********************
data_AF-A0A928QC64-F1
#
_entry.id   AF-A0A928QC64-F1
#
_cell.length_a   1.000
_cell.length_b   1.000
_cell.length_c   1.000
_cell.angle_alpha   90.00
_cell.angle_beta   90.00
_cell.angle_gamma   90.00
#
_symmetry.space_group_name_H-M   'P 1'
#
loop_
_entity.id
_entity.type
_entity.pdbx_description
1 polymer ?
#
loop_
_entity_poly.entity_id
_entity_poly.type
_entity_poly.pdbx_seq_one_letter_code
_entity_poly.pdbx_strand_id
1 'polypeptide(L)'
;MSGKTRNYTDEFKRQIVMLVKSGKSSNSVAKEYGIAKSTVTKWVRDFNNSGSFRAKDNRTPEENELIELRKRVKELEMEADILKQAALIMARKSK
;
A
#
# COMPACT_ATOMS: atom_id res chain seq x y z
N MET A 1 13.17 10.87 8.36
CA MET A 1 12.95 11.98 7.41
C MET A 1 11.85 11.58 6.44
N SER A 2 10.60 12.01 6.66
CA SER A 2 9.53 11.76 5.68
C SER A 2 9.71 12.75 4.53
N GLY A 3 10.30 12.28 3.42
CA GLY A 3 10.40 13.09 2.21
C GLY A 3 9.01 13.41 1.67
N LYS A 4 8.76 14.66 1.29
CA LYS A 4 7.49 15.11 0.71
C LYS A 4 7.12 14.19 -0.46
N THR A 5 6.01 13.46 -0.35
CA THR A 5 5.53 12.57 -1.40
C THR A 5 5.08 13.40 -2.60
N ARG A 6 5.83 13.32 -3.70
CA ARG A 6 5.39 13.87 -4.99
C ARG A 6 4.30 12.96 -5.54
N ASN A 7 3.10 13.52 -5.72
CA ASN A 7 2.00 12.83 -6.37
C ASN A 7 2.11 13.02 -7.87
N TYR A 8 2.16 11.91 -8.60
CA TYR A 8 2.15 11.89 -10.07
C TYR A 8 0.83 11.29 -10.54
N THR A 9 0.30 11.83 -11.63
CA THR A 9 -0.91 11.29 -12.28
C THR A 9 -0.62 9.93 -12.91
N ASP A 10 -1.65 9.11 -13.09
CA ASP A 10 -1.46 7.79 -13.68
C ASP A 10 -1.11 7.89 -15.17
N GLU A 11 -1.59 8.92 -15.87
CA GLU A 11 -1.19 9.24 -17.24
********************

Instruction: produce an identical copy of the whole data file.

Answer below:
data_AF-A0A928QC64-F1
#
_entry.id   AF-A0A928QC64-F1
#
_cell.length_a   1.000
_cell.length_b   1.000
_cell.length_c   1.000
_cell.angle_alpha   90.00
_cell.angle_beta   90.00
_cell.angle_gamma   90.00
#
_symmetry.space_group_name_H-M   'P 1'
#
loop_
_entity.id
_entity.type
_entity.pdbx_description
1 polymer ?
#
loop_
_entity_poly.entity_id
_entity_poly.type
_entity_poly.pdbx_seq_one_letter_code
_entity_poly.pdbx_strand_id
1 'polypeptide(L)'
;MSGKTRNYTDEFKRQIVMLVKSGKSSNSVAKEYGIAKSTVTKWVRDFNNSGSFRAKDNRTPEENELIELRKRVKELEMEADILKQAALIMARKSK
;
A
#
# COMPACT_ATOMS: atom_id res chain seq x y z
N MET A 1 13.17 10.87 8.36
CA MET A 1 12.95 11.98 7.41
C MET A 1 11.85 11.58 6.44
N SER A 2 10.60 12.01 6.66
CA SER A 2 9.53 11.76 5.68
C SER A 2 9.71 12.75 4.53
N GLY A 3 10.30 12.28 3.42
CA GLY A 3 10.40 13.09 2.21
C GLY A 3 9.01 13.41 1.67
N LYS A 4 8.76 14.66 1.29
CA LYS A 4 7.49 15.11 0.71
C LYS A 4 7.12 14.19 -0.46
N THR A 5 6.01 13.46 -0.35
CA THR A 5 5.53 12.57 -1.40
C THR A 5 5.08 13.40 -2.60
N ARG A 6 5.83 13.32 -3.70
CA ARG A 6 5.39 13.87 -4.99
C ARG A 6 4.30 12.96 -5.54
N ASN A 7 3.10 13.52 -5.72
CA ASN A 7 2.00 12.83 -6.37
C ASN A 7 2.11 13.02 -7.87
N TYR A 8 2.16 11.91 -8.60
CA TYR A 8 2.15 11.89 -10.07
C TYR A 8 0.83 11.29 -10.54
N THR A 9 0.30 11.83 -11.63
CA THR A 9 -0.91 11.29 -12.28
C THR A 9 -0.62 9.93 -12.91
N ASP A 10 -1.65 9.11 -13.09
CA ASP A 10 -1.46 7.79 -13.68
C ASP A 10 -1.11 7.89 -15.17
N GLU A 11 -1.59 8.92 -15.87
CA GLU A 11 -1.19 9.24 -17.24